Basic Terms of Shinto 神道基本用語集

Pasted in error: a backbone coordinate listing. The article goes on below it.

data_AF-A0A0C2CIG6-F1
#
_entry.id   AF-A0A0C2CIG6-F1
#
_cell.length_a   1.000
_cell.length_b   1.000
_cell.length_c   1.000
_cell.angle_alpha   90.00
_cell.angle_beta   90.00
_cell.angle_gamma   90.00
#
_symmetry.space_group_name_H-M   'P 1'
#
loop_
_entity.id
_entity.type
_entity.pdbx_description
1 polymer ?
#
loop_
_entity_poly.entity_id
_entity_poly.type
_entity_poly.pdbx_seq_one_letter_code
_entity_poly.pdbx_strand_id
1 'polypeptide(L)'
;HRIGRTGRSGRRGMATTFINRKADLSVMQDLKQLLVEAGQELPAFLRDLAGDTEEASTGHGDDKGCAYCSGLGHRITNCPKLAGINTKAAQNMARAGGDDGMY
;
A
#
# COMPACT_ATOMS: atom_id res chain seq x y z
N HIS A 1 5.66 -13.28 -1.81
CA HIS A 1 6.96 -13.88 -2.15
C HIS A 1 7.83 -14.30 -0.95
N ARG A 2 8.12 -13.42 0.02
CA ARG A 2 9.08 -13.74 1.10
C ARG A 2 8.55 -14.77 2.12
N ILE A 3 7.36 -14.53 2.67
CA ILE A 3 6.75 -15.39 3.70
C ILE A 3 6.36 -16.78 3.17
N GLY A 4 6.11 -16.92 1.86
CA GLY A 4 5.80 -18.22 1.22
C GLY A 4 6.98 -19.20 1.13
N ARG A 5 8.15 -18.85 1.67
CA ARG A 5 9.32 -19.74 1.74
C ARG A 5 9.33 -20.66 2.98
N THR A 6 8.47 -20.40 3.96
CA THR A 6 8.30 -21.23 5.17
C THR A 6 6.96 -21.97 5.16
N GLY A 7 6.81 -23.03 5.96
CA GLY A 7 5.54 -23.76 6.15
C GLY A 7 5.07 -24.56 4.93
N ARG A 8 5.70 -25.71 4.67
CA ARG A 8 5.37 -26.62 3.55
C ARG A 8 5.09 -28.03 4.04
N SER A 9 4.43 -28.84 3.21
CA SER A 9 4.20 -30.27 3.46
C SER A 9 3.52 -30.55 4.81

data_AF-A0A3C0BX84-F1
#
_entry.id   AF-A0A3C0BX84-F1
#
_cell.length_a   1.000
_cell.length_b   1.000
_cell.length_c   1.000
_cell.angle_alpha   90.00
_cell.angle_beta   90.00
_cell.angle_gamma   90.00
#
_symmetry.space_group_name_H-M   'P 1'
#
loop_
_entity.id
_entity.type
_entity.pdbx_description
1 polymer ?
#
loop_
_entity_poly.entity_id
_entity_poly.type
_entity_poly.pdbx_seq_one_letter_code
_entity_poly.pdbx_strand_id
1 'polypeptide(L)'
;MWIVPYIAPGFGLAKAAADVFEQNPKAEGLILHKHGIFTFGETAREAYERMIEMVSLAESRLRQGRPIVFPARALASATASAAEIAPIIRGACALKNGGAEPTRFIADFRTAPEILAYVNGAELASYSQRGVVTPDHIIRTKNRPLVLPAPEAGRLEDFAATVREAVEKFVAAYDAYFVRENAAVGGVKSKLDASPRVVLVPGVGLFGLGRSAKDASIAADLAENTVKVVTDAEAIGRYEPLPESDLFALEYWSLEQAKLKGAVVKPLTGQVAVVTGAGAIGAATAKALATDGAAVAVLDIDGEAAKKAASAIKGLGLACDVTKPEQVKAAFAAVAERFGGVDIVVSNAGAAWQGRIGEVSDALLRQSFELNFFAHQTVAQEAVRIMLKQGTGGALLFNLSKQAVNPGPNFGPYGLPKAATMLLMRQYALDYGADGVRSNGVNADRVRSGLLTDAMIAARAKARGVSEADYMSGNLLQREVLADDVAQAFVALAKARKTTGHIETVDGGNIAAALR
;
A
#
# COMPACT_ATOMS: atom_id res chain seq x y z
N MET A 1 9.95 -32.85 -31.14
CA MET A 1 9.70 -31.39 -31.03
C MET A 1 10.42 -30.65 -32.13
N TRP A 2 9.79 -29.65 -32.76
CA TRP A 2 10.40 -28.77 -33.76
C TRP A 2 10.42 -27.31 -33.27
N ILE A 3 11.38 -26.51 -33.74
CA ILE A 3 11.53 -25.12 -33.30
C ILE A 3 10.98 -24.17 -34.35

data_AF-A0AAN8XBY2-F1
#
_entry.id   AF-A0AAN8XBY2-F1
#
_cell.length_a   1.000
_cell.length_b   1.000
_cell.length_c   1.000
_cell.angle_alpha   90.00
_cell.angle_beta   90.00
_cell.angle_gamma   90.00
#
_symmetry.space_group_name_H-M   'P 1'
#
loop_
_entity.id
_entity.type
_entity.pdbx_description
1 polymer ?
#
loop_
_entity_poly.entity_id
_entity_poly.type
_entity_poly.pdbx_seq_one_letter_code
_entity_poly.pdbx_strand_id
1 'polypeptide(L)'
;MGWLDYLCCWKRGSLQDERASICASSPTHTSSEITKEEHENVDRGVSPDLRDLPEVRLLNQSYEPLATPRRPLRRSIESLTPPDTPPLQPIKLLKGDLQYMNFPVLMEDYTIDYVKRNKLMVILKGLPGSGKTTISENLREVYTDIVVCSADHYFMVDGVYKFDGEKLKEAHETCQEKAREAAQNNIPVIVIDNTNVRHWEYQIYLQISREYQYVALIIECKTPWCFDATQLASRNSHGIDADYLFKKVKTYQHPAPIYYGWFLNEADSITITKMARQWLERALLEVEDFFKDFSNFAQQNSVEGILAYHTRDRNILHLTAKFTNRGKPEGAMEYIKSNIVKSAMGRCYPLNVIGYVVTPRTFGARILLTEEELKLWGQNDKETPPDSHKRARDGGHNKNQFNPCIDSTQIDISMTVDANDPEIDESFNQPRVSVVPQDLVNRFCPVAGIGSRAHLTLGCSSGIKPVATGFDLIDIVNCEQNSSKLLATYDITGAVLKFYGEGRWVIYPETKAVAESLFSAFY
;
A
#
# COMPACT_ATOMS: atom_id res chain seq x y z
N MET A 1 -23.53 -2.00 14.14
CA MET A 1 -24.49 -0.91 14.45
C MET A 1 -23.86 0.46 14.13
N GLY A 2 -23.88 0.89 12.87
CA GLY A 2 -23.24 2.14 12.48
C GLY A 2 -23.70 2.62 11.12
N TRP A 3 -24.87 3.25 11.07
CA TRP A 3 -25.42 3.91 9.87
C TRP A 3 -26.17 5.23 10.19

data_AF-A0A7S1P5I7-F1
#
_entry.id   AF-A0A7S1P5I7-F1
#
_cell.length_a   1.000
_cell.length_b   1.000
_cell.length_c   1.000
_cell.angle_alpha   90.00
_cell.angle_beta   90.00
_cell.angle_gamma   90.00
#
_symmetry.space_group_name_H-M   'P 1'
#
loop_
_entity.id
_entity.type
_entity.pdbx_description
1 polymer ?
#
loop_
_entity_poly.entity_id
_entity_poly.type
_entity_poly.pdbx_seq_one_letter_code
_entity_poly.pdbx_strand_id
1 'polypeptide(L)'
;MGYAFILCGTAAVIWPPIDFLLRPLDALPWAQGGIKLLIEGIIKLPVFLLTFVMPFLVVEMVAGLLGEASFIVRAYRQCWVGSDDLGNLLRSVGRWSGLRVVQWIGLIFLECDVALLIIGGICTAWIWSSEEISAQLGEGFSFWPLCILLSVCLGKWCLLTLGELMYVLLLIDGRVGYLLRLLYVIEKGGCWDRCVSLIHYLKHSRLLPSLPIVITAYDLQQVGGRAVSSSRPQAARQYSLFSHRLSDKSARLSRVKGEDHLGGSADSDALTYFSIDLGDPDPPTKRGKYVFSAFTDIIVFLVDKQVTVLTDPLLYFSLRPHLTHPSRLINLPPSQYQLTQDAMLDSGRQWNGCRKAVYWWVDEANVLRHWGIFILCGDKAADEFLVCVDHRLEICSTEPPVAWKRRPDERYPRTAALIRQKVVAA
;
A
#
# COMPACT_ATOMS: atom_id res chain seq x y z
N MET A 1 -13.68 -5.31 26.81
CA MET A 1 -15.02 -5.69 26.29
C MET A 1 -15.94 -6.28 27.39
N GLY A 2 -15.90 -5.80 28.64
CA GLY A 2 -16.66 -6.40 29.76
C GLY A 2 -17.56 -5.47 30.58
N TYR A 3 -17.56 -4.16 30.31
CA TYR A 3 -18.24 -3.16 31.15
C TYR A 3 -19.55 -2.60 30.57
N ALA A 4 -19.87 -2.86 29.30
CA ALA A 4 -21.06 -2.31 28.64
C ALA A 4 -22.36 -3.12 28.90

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Text Theology. Originally used to refer to specifically Shinto studies, the term is now used to mean theology in general. Shinto theology begins with the oral traditions preserved by the kataribe (narrators) of ancient times. The Kojiki was compiled from accounts transmitted orally through a kataribe named Hieda no Are. These oral traditions were edited and rearranged on certain theological principles and presented in the form of national histories, the Kojiki and Nihongi. However, the earliest example in Japan of a theology with a substantial philosophical and apologetic background is the honji suijaku theory (see honji-suijaku_setsu) of Shinto-Buddhist syncretism (shinbutsu shûgô), which led to the development of opposing movements such as Ise Shintô and Yoshida Shintô. In the Edo period, a new epoch of Shinto studies began with the kokugaku or National Learning of scholars such as Motoori Norinaga and Hirata Atsutane. Prominent Shinto thinkers of the Meiji period include Kawazura Bonji, Kawai Kiyomaru, and Kakei Katsuhiko. Noteworthy postwar figures include Ono Motonori, Nakanishi Akira, and Matsunaga Motoki.